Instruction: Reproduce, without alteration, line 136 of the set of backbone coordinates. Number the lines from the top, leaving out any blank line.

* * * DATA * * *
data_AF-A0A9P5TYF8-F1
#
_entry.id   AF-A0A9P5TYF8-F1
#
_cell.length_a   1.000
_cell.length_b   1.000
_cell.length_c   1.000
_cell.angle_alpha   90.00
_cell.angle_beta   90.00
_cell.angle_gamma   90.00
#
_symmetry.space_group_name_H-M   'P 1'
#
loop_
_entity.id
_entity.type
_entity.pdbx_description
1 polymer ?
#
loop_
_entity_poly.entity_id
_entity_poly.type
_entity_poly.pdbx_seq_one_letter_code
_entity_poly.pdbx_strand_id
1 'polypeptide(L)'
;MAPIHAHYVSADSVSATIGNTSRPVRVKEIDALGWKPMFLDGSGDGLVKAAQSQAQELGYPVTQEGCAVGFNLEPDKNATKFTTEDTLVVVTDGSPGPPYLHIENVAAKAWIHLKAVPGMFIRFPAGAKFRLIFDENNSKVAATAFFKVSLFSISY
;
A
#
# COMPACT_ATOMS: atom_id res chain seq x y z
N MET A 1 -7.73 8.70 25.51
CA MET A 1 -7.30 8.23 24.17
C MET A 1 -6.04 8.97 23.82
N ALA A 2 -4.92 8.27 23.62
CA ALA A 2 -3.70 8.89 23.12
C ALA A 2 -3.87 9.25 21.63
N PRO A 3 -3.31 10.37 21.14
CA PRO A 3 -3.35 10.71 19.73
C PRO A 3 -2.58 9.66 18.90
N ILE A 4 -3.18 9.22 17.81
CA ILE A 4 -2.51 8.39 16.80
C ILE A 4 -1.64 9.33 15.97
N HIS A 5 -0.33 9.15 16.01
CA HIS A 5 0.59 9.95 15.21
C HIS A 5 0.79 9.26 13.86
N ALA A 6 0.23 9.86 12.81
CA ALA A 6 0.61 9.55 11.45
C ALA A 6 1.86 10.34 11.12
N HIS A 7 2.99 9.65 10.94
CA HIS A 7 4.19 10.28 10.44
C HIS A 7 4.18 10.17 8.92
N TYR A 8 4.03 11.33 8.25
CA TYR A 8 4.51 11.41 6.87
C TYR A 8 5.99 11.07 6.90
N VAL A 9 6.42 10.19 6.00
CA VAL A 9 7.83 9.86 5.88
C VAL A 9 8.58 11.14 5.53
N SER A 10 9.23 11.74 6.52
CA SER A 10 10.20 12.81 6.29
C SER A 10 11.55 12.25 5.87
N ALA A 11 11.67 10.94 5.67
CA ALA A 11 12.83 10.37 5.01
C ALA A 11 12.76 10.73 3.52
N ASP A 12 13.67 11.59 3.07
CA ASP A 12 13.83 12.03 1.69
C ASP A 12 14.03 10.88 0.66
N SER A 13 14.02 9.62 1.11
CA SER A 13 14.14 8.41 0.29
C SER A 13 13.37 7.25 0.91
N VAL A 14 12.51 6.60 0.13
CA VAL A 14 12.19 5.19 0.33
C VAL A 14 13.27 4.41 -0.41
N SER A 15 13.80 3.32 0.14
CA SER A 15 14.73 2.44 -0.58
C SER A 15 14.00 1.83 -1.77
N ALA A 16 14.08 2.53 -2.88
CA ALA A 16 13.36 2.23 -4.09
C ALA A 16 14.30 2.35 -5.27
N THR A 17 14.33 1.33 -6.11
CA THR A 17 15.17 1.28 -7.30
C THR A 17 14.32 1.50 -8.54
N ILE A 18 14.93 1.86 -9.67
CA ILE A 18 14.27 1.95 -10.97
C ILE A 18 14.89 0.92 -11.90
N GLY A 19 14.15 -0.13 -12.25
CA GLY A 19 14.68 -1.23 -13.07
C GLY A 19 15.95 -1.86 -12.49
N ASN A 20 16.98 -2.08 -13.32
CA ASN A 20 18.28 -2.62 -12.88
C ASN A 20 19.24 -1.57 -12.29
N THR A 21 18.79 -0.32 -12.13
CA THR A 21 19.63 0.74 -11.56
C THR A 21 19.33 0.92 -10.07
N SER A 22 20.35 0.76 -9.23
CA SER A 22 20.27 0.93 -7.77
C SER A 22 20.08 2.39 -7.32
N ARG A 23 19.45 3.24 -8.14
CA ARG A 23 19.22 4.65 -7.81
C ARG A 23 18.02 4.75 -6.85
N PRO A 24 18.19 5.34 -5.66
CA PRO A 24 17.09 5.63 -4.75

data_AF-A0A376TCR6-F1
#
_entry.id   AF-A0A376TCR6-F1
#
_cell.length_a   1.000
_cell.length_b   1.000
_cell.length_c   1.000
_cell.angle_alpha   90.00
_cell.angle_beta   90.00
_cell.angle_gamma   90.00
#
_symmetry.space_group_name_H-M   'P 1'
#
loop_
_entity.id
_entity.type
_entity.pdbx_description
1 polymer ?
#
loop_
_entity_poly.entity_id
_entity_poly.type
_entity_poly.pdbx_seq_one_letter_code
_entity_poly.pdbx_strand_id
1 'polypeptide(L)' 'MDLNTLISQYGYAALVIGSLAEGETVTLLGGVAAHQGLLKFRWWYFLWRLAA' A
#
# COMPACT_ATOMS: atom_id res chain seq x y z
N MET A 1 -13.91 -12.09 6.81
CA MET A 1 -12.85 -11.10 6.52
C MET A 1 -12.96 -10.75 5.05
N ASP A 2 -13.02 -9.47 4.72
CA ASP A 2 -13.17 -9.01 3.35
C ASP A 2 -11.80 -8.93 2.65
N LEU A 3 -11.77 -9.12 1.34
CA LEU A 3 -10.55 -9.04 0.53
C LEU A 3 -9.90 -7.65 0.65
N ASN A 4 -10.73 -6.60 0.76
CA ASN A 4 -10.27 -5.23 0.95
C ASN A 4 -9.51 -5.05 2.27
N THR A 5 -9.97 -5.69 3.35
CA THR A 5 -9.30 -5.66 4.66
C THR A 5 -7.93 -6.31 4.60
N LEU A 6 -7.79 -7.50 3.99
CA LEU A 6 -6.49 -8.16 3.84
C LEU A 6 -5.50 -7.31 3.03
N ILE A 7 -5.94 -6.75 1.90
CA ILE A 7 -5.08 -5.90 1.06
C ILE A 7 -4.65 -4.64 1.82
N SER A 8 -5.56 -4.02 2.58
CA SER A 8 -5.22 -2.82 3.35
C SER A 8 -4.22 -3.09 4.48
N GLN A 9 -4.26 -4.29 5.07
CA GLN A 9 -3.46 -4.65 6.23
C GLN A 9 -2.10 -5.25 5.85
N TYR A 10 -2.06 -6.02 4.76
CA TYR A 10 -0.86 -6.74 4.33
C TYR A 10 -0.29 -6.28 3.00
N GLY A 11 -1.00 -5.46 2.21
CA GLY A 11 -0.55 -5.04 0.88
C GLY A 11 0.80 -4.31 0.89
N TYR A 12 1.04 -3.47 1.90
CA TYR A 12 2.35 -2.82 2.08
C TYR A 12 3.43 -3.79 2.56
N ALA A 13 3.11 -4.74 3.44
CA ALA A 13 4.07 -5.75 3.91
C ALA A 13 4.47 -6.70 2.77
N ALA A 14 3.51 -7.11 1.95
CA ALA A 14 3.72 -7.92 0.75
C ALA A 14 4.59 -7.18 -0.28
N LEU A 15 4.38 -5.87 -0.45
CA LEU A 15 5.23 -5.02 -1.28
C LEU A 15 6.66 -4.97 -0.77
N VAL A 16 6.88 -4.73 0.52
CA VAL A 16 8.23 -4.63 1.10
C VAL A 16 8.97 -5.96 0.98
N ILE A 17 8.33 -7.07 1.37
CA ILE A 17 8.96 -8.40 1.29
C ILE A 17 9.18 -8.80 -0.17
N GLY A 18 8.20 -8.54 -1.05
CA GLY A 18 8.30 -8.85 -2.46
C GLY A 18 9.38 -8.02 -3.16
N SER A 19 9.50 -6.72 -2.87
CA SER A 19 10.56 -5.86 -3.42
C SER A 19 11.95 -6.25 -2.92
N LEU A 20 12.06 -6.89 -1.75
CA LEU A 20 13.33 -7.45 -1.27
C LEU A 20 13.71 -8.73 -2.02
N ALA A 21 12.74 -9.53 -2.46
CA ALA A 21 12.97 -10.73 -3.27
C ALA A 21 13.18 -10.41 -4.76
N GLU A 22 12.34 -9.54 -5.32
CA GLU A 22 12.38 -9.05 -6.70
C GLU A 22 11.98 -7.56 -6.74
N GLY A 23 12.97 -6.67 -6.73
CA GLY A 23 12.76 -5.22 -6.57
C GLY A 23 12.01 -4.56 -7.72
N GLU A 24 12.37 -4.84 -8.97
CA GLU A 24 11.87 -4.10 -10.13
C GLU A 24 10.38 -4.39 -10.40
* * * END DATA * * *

CA LEU A 3 -10.55 -9.04 0.53